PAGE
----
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F H K Henrion. MOI Exhibition Window Display Scheme. Pig, Poultry and Rabbit Panels. 1942. British Official Photograph, photographer unknown. University of Brighton Design Archives, F H K Henrion Archive, FHK/1/48.


The display was reconfigured for touring and further developed for Regent’s Park Zoo where it became one of the Ministry’s most successful exhibitions. The campaign almost certainly contributed to the growth in allotments from 930,000 before the war to 1.7 million by 1943.

Young America (1944) was held in College Hall, Westminster and subsequently toured the country reaching an audience of more than 37,000 people in 194 locations. Part of an OWI initiative to educate young people about the ‘American way of life’, it aimed to portray a nation leading the charge towards a progressive and democratic future. Henrion communicated these ideas as sequential ‘photo-stories’ presented as a series of open book chapters. Drawing on the photo-exhibition style developed by Herbert Bayer (Bauhaus) for propaganda exhibitions held at the Museum Modern Art in New York (MoMA), the display projected a formality that seems more suited to a mature audience.  

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F H K Henrion. OWI College Hall Exhibition ‘Young America’. 1944. Photographer: Sydney W Newbery. University of Brighton Design Archives, F H K Henrion Archive, FHK/3/25.


However, when the exhibition toured, it was transformed into an engaging spectacle. Imperial War Museum film rushes show the exhibition arriving at a school in an army truck driven by GIs, children are seen running to greet them and help them unload the displays for installation in the playground.

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‘Young America’ Touring Exhibition. 1944. Still from film rushes. (c) IWM (COI 20).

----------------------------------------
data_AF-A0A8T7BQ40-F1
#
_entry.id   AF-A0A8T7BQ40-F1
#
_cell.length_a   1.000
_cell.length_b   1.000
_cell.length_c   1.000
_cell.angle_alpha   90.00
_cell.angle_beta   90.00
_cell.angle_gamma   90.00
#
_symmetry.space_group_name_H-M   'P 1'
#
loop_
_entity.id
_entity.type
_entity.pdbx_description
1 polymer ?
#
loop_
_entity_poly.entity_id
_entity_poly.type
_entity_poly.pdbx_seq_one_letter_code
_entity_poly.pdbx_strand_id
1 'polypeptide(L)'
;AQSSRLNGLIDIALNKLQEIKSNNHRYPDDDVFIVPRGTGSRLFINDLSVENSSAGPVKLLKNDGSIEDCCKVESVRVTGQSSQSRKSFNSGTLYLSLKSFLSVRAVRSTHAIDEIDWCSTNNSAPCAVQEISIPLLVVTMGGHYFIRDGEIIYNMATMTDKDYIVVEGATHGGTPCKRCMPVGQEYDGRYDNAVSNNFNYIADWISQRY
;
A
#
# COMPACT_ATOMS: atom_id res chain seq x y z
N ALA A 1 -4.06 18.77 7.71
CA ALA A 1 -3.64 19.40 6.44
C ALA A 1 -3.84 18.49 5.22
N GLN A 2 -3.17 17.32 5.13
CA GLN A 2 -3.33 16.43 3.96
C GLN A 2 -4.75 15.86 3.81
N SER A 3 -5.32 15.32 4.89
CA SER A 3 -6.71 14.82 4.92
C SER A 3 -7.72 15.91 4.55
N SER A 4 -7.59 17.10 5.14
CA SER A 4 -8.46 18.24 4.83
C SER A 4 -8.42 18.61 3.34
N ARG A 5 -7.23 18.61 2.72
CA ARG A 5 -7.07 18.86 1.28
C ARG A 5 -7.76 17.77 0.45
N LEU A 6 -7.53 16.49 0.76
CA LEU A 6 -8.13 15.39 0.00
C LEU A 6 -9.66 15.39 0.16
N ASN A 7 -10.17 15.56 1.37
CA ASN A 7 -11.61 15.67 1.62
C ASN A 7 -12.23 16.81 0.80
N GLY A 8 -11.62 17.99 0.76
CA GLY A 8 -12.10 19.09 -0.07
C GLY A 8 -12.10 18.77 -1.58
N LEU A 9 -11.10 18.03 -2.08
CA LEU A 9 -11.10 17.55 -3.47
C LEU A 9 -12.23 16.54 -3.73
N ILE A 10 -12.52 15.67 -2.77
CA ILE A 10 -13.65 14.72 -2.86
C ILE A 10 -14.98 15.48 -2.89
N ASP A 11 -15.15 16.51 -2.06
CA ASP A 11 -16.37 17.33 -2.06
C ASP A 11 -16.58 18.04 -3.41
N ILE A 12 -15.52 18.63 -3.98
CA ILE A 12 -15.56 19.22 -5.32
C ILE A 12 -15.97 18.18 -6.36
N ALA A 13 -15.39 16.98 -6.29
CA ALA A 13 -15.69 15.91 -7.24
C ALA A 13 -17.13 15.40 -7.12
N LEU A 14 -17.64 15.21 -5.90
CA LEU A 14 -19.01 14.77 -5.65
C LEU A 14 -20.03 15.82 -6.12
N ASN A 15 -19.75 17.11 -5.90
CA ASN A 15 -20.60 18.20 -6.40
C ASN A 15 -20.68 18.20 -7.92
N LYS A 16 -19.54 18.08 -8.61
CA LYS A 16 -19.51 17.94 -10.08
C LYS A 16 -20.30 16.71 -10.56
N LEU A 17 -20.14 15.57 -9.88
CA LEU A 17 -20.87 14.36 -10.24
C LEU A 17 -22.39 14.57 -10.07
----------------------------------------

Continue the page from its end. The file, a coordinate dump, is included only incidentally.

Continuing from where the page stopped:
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Young America’ Touring Exhibition Installation View. 1944. Still from film rushes. (c) IWM (COI 20).


The two allies cooperated over their propaganda campaigns and the OWI commissioned MoMA to produce a touring version of Bayer's hugely successful Road to Victory (1942), travelling to London as America Marches with the United Nations (1943). The MOI's public information films were shown as part of MoMA’s wartime programme.

Wartime exhibitions were a powerful communication tool designed to influence the people’s minds on specific themes and provided an important source of entertainment. The fact that members of the exhibition division, including Henrion, would later be brought back together to tell the story of the nation’s reconstruction in the Festival of Britain (1951) is a testament to their success. Treated as historical texts, their work provides a valuable insight into the concerns of both the government and the people during the Second World War.


The images used in this post are held by the Imperial War Museum and the University of Brighton Design Archives.